Written and photographed by her husband David Parker, the film was produced by their
own company, Cascade Films, as was their first, highly successful film, Malcolm. "I
like the combination of writer/cinematographer," says Parker, "it means that
when I visualise something I have written, I can actually go out and find locations that
suit it, and light it just as I want to."
"there's nothing in there I want to change"
As with Malcolm, Tass and Parker provided 30% of the A$2.3 million budget themselves.
The balance came from the Film Finance Corporation.
Tass is "really pleased with the end result...there's nothing in there I want to
change. Which is amazing. But I had a brilliant team of actors and crew, plus we had
"We are stretching the character, not the acting
In particular, Tass is happy with the results of what she calls
"experimentation" with the actors. "What worked is that we have stretched
the characters to the maximum possible, away from the norm, so they're still believable
but you get the most comedy out of it. We are stretching the character, not the acting
Shot in Melbourne, The Big Steal is the story of Danny (Ben Mendelsohn), an 18 year old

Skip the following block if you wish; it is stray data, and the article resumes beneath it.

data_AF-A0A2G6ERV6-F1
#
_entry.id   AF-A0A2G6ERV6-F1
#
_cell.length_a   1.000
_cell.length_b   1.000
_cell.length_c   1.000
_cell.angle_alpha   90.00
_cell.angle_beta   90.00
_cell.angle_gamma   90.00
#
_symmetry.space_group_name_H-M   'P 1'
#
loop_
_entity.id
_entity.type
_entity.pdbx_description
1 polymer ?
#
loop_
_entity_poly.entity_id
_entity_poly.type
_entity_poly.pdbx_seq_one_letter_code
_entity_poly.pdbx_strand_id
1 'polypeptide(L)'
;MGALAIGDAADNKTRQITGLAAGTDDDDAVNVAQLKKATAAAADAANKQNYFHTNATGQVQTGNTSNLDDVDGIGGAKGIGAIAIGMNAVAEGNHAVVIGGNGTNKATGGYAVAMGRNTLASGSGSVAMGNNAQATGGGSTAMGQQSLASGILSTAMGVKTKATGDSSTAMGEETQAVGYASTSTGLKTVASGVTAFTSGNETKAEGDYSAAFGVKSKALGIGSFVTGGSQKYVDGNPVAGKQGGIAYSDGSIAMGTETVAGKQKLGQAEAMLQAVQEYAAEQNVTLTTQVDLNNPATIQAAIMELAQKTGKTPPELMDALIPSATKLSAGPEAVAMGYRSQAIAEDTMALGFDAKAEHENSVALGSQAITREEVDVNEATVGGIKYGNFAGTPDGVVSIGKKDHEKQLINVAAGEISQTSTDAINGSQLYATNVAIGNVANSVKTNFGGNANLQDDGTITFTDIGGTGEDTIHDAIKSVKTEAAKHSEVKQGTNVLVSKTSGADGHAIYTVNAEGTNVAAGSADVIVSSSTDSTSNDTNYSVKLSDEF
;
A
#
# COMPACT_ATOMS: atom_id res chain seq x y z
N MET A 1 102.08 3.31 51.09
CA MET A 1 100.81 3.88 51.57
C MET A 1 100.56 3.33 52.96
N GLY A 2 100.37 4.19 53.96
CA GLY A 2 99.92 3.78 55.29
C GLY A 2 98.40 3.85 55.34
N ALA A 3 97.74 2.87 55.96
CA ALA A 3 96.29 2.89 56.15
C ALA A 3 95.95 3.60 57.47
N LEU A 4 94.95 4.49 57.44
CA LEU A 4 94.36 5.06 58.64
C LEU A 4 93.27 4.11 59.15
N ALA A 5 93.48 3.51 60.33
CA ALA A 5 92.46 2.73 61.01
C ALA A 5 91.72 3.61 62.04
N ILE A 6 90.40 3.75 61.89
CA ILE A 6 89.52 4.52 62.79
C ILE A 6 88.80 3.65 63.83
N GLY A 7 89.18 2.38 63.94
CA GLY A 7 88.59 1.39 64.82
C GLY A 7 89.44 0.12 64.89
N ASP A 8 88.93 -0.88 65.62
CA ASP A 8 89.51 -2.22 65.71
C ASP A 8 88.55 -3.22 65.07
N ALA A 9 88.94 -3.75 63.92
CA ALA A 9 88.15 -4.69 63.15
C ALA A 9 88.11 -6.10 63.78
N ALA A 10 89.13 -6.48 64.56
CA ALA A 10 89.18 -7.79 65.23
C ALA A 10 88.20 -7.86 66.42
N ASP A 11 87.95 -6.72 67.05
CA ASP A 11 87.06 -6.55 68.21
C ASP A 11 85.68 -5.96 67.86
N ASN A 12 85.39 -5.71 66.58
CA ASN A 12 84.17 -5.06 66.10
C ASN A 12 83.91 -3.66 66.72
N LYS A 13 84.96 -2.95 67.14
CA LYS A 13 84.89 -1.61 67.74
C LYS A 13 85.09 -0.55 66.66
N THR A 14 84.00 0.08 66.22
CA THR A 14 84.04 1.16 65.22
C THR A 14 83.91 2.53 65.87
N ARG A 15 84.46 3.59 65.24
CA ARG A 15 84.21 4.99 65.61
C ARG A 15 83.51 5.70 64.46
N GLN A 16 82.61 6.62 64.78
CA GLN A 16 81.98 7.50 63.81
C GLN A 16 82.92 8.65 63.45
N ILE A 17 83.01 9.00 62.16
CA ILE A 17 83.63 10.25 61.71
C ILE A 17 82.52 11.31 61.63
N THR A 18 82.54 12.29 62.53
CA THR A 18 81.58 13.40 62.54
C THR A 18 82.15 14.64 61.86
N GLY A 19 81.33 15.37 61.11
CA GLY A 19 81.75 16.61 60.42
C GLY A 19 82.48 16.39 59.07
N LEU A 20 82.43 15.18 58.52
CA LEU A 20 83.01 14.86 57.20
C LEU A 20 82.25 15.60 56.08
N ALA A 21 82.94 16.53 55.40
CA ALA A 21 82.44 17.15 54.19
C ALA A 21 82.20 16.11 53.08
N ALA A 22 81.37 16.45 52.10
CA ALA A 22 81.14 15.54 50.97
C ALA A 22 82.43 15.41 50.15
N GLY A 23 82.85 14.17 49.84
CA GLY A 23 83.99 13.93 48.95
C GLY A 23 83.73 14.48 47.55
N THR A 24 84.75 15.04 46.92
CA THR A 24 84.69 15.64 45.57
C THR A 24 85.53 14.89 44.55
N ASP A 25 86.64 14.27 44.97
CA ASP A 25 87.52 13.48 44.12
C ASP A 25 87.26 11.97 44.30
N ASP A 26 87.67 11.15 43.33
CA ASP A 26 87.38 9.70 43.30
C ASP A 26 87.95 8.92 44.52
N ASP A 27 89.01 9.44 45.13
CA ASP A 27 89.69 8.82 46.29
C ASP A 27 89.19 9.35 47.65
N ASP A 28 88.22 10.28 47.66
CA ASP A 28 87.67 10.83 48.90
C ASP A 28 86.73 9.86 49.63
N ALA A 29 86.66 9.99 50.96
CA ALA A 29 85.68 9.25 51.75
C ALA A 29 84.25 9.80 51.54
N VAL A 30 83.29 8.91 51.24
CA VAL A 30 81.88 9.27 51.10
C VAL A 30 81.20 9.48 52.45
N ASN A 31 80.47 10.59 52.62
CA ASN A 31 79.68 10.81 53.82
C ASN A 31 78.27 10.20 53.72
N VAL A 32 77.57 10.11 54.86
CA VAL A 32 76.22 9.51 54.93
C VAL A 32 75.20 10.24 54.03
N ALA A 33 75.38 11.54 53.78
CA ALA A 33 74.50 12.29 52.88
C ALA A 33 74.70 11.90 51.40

who finally plucks up the courage to ask beautiful Joanna (Claudia Karvan) on a date, in a
Jaguar he buys from an over-zealous but under-honest second hand car dealer, Gordon Farkas
(Bisley says he based Farkas on someone in the film industry, "but I think I would
have a writ slapped on me if I said who...")
The car breaks down, and so apparently, does the budding romance. Danny sets about
repairing the damage to both, with funny and frantic results.
"entertaining... fast paced.."
Tim White is again co-producer with Tass and Parker; his job was to keep the film on
budget, and act as sounding board. The film came in on budget, despite expensive all night
shoots for nearly four weeks, and the use of five Jaguars.
White says the film is a comedy "aimed at a very broad base audience. I think
quite obviously there's a teenage market there, but I'd like to think that the story is
entertaining enough, fast paced enough, to appeal to a more mature audience."